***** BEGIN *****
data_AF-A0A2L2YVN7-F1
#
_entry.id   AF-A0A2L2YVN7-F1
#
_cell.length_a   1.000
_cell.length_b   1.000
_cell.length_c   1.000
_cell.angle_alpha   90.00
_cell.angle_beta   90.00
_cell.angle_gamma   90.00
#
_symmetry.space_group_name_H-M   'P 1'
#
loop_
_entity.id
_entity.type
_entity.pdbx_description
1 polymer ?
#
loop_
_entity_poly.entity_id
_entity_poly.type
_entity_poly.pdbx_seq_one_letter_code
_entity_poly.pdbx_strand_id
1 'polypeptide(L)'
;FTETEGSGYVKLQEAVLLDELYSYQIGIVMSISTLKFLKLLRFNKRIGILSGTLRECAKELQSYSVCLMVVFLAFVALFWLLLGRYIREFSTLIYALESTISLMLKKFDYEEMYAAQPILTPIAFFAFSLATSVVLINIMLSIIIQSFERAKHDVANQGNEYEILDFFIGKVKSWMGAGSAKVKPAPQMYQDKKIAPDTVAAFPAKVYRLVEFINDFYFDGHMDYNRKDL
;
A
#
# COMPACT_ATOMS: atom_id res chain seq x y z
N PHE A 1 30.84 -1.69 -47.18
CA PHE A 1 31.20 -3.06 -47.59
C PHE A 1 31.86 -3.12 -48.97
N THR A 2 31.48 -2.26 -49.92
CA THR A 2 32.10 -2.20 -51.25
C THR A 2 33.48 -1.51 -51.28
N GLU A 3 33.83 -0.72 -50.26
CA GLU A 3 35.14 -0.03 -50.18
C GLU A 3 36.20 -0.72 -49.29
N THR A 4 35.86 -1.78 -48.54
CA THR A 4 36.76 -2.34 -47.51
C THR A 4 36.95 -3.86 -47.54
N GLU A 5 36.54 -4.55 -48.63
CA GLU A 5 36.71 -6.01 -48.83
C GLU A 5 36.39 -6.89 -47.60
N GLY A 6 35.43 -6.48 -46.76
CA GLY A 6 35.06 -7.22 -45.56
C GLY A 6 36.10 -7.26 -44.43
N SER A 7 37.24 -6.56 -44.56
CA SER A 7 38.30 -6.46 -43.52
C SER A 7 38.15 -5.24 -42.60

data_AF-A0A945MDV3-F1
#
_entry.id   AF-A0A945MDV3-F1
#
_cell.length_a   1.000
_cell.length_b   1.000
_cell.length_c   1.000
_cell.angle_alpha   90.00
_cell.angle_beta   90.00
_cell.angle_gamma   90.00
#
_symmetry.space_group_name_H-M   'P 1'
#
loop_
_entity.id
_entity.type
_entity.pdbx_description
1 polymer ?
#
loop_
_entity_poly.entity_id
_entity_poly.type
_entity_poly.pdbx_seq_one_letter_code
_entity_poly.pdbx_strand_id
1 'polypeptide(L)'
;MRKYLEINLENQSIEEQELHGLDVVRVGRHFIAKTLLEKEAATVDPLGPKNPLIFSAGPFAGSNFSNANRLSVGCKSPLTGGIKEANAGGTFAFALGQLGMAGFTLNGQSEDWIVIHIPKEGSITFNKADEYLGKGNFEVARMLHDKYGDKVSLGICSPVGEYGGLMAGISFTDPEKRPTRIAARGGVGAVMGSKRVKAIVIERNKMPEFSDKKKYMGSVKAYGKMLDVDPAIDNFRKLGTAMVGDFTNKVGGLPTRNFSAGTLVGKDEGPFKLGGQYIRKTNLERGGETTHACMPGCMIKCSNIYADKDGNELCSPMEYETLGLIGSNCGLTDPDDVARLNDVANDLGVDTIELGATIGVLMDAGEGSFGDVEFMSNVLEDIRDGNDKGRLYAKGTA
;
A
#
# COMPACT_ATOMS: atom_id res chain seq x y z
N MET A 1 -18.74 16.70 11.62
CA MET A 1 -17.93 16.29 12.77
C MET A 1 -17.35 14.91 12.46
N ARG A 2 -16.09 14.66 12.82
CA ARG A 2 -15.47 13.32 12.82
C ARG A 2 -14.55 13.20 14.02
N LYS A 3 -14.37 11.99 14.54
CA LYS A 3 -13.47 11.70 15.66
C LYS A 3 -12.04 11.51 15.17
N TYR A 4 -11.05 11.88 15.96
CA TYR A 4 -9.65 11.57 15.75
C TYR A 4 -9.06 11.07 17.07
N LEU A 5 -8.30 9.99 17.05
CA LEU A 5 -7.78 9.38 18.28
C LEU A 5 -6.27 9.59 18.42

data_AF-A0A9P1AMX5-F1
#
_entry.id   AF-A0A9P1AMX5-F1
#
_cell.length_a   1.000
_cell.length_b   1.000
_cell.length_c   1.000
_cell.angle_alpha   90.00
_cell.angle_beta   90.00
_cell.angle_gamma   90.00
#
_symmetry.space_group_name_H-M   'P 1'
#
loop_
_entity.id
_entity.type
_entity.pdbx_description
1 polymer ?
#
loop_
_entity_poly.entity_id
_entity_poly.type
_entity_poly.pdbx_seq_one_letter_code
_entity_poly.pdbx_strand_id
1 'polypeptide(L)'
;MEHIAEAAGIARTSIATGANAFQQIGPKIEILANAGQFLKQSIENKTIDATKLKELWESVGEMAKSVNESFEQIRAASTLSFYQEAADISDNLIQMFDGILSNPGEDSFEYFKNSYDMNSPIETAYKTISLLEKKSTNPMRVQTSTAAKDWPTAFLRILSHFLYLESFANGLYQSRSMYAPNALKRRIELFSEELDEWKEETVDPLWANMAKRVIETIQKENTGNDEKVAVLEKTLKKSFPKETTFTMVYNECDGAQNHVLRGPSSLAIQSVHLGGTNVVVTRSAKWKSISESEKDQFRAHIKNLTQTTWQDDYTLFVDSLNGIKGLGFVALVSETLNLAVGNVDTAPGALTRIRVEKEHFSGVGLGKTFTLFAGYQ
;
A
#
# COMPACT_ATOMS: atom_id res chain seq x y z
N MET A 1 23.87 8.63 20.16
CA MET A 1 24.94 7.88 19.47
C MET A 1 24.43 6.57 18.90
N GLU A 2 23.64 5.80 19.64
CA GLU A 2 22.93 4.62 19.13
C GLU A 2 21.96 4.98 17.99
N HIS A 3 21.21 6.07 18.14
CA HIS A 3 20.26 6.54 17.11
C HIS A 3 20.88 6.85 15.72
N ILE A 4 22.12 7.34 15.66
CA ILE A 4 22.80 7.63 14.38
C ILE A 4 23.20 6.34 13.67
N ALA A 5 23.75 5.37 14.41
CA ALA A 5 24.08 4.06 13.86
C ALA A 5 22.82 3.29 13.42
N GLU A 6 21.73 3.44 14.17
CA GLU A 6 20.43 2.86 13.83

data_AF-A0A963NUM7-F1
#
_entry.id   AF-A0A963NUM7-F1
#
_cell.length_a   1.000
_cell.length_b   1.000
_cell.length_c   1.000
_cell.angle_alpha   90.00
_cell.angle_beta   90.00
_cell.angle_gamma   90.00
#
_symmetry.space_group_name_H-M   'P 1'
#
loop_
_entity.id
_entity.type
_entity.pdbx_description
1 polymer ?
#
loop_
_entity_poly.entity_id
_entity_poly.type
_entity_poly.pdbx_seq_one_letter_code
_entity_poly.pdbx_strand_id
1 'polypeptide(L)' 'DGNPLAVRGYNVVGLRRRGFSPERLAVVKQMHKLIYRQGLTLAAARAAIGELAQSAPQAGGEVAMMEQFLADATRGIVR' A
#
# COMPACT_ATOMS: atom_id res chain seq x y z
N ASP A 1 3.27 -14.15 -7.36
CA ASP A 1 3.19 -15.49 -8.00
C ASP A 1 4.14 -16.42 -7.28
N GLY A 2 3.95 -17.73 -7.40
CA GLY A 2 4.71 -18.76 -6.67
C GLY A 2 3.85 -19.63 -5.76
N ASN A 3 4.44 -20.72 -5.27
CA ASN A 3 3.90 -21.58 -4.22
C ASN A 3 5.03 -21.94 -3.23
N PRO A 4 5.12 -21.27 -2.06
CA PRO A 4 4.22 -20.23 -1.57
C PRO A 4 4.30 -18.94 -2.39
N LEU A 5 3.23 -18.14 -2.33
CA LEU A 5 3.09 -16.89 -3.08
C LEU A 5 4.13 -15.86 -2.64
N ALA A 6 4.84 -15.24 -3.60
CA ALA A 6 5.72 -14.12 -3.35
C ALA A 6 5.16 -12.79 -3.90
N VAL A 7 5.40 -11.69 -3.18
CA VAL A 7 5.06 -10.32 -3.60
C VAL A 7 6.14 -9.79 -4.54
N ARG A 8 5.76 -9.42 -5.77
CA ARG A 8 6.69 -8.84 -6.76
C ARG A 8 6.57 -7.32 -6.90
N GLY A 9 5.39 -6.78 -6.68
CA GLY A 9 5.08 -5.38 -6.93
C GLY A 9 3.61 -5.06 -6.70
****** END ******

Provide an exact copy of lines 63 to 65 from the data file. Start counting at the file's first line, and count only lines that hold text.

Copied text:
_symmetry.space_group_name_H-M   'P 1'
#
loop_